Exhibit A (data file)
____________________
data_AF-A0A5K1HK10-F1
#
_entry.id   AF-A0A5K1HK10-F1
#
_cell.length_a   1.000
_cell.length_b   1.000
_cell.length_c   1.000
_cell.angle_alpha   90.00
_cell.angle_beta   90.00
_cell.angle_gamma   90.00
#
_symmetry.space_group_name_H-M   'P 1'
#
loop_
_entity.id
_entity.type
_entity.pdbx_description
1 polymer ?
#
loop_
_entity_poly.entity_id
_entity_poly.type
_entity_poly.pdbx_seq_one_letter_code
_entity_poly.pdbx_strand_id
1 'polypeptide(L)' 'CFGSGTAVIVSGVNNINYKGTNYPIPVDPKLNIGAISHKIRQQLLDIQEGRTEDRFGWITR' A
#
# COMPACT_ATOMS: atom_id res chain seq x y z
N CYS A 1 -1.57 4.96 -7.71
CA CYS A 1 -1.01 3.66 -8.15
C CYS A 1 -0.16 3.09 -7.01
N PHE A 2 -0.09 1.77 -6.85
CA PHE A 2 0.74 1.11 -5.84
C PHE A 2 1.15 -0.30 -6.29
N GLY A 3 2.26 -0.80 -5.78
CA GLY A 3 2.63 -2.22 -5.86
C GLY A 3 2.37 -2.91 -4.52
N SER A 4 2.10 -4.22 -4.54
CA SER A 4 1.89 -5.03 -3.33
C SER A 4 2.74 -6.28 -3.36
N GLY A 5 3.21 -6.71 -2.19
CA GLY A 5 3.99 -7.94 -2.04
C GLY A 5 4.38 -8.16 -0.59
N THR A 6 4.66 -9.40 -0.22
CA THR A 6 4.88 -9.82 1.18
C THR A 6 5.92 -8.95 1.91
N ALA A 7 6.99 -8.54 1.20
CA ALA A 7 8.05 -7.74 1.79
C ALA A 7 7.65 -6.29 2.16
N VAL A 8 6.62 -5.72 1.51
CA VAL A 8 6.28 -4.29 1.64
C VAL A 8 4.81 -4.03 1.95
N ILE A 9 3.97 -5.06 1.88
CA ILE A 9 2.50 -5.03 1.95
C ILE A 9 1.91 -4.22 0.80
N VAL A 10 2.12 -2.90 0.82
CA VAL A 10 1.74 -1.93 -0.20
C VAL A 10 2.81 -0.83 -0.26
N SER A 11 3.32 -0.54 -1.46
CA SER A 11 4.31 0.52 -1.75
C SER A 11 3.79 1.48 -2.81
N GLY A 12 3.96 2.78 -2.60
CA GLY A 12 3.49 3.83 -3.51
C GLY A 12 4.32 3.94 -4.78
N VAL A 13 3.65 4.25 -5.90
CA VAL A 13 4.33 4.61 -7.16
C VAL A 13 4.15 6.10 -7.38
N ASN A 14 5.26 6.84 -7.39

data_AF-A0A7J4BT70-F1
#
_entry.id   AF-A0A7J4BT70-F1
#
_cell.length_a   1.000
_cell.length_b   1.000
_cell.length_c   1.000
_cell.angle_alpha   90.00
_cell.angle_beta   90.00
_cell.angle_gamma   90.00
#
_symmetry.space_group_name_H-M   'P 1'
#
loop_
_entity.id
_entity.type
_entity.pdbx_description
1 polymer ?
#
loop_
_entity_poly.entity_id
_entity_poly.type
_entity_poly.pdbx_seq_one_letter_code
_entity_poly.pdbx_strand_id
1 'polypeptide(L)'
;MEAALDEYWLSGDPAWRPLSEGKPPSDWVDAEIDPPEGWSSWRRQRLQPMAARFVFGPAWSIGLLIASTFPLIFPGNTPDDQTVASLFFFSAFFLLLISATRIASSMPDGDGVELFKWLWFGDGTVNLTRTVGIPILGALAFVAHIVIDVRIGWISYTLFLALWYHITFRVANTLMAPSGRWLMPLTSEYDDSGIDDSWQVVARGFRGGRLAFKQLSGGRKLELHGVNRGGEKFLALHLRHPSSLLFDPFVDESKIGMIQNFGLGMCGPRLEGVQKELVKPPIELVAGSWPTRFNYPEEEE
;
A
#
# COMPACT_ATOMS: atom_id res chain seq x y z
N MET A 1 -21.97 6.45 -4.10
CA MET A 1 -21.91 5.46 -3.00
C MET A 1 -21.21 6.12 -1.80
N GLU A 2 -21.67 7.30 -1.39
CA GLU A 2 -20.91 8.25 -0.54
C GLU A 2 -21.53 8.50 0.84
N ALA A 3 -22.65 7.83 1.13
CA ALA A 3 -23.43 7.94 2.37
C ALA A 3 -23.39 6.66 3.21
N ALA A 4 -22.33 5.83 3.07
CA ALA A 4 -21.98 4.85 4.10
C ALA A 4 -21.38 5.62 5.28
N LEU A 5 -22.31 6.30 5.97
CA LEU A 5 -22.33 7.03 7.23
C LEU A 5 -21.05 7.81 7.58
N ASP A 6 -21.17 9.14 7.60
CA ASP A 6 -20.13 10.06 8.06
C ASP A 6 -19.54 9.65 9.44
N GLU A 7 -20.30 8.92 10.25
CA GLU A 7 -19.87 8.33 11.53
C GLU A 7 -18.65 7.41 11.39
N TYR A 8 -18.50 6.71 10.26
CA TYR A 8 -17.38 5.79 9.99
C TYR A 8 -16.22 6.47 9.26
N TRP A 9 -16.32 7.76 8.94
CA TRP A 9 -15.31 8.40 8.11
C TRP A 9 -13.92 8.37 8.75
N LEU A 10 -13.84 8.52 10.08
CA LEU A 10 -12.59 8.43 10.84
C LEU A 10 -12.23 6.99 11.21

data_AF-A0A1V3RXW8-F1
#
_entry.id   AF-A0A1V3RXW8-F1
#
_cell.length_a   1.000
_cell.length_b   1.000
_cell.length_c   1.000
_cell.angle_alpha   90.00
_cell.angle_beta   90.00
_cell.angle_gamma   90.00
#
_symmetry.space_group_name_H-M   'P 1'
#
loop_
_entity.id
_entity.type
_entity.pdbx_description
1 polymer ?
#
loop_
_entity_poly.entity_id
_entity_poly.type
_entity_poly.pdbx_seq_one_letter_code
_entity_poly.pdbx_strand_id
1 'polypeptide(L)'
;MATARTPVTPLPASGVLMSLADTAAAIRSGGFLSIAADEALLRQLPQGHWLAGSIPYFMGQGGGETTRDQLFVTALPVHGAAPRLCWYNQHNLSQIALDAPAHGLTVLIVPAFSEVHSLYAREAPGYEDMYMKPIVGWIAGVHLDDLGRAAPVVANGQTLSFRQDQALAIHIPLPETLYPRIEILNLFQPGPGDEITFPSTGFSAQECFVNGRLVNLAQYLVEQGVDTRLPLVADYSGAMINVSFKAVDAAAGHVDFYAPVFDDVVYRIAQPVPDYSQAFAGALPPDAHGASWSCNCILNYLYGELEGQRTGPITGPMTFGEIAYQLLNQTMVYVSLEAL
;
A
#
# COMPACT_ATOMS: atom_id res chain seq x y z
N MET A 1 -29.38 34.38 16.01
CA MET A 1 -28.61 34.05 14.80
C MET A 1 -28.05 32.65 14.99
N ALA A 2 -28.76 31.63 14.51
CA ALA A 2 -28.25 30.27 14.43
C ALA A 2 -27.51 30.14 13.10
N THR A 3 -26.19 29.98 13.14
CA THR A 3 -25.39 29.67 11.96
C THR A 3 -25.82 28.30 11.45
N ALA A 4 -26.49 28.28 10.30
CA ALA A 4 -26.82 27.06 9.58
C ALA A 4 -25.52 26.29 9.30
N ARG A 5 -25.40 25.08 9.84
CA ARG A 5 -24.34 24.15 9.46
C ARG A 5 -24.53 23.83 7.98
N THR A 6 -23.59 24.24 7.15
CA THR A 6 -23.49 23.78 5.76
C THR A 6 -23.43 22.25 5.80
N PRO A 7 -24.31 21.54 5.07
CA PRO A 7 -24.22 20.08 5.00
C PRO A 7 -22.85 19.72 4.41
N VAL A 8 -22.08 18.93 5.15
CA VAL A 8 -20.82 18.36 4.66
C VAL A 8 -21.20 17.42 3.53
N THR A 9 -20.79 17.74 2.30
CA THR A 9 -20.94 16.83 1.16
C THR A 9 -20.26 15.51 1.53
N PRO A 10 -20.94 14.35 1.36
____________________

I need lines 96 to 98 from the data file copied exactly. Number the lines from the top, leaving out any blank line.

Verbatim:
#
# COMPACT_ATOMS: atom_id res chain seq x y z
N MET A 1 -21.97 6.45 -4.10